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Michigan Lefts aren’t new, but visitors might not understand them

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Michigan Lefts aren’t new, but visitors might not understand them


First-time visitors to Michigan might be wondering any number of things, from why do I keep seeing all these references to Coney Island to exactly how many flavors does Faygo make?

They might also be wondering why they’re told not to turn left at some busy intersections as they drive around metro Detroit and other parts of the state. In other words, they might be wondering about the Michigan Left.

What is a Michigan Left?

We’ll rely on the Michigan Department of Transportation for the most definitive answers to our Michigan Left questions. Here’s MDOT’s definition:

“Michigan Lefts, also referred to as indirect left turns, are a common type of turn that have been part of Michigan’s road system since the late 1960s. Intersections that have Michigan Lefts do not allow traditional left-turn movements. Instead, to turn left, a person must drive straight through the intersection or turn right, then make a U-turn at a median crossover.”

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Why would I turn right to make a left-hand turn?

Safety is the word. Michigan Lefts redirect traffic to cut down on left turns across oncoming traffic, which tend to increase the risk of a serious crash. According to MDOT, about 30% of all crashes in Michigan occur at intersections and almost 58% of those are head-on left-turn and angle crashes. “In addition, roughly 30% of all Michigan fatal crashes occur at intersections.”

Why is a specific location picked for a Michigan Left?

MDOT cites crash history, the type of road and traffic volumes. “Michigan Lefts are most often used in urban situations where congestion and crashes are more common. Indirect left turns can be built on divided roads with any number of lanes … but they are not used on freeways or limited-access roads.”

More: Ford Road project would mean no left turns

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Should I pull behind or beside the vehicle ahead of me at a Michigan Left?

That depends on how many lanes you see. A single-lane Michigan Left isn’t meant to accommodate more than a single lane of traffic, according to MDOT. The extra space you sometimes see is for trucks and large vehicles that need additional room to make the turn. Sometimes a Michigan Left is paired with a loon, an extension of the roadway across from the turn area, so big trucks can make the U-turn without rolling up on a sidewalk. There are multilane Michigan Lefts, but they include clearly marked lanes, not just more space.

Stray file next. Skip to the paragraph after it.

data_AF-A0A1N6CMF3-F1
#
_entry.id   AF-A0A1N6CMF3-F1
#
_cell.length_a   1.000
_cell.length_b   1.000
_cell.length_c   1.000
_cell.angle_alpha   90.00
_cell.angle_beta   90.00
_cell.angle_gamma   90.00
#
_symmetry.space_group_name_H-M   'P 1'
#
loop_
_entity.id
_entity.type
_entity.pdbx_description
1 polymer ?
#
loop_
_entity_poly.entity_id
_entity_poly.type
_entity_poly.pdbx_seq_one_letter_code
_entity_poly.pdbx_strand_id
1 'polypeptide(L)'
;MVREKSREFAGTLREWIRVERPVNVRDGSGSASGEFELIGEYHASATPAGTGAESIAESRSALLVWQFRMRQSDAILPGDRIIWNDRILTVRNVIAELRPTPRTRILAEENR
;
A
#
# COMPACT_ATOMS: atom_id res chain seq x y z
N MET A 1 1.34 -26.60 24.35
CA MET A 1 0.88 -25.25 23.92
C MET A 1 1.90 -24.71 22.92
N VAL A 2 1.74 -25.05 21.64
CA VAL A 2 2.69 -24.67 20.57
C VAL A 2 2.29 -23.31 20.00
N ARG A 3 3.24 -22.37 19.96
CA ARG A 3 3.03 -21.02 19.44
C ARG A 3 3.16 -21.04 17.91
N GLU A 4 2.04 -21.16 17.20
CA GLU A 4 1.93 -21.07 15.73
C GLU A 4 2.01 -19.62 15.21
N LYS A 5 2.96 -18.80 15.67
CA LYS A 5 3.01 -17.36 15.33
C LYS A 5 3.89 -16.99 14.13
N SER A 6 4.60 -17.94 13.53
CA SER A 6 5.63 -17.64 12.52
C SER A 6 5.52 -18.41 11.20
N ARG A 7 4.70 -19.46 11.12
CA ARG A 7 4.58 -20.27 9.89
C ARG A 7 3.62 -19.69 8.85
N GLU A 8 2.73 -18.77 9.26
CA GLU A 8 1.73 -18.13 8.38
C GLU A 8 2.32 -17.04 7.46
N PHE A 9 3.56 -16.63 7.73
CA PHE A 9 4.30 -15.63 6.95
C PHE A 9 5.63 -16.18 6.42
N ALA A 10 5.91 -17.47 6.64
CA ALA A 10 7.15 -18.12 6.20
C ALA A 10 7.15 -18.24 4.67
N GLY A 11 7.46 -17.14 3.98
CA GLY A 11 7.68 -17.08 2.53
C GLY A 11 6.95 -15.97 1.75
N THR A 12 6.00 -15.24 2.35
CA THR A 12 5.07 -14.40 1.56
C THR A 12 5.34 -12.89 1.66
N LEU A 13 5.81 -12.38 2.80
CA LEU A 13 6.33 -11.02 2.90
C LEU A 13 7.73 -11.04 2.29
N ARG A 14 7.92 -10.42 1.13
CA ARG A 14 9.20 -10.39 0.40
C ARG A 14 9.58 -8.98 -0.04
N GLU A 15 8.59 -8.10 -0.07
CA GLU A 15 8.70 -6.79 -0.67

More: Ferndale parking choice led to ticket for Waterford woman

What about bicyclists?

MDOT says bicyclists have options here. “Bicyclists can use a Michigan Left as a pedestrian, dismounting the bicycle and crossing in the pedestrian area, or as a bicyclist, riding through the Michigan Left and using the designated median crossover to navigate a U-turn.”

More: 24 songs about cars, driving to crank with the windows down

If you want more information about Michigan Lefts, MDOT has a brochure posted at https://www.michigan.gov/-/media/Project/Websites/MDOT/Travel/Safety/Road-User/Michigan-Lefts/Michigan-Left-Brochure.pdf?rev=e4bea28e194e4070b973db40e5f610ce#:~:text=What%20is%20a%20Michigan%20Left,allow%20traditional%20left%2Dturn%20movements

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By the way, we did a quick check of the Faygo website, and it says there are more than 50 flavors. Hey, editors, maybe it’s time for a taste test.

Contact Eric D. Lawrence: elawrence@freepress.com. Become a subscriber. Submit a letter to the editor at freep.com/letters.



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Michigan

Man dies after being pulled from Lake Michigan near Chicago’s 31st Street Beach

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Man dies after being pulled from Lake Michigan near Chicago’s 31st Street Beach


Man dies after being pulled from water near 31st Street Beach

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Man dies after being pulled from water near 31st Street Beach

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CHICAGO (CBS) — A man is dead after he was pulled from Lake Michigan early Saturday morning.

Rescue crews were seen near 31st Street Beach just before 5 a.m.

Chicago police said a 38-year-old man was pulled from the water and was taken to UChicago Medicine, where he died.

It’s not clear why he was in the water or if he drowned.

No further information was immediately available.

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Lifeline for Biden as Michigan Crowd Chants ‘Don't You Quit’

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Lifeline for Biden as Michigan Crowd Chants ‘Don't You Quit’


President Joe Biden held a campaign rally in Detroit, Michigan, on Friday night where a crowd implored him not to call off his re-election bid, at a time when a growing number of Democrats in Congress are saying otherwise.

“You made me the nominee. No one else. Not the press, not the pundits, not the insiders, not the donors. You, the voters decided. No one else. And I’m not going anywhere,” Biden said, adding he was “not done yet.”

Earlier, those in attendance chanted “don’t you quit” and “we got your back.” And when Biden commented critically on members of the media, the crowd booed them.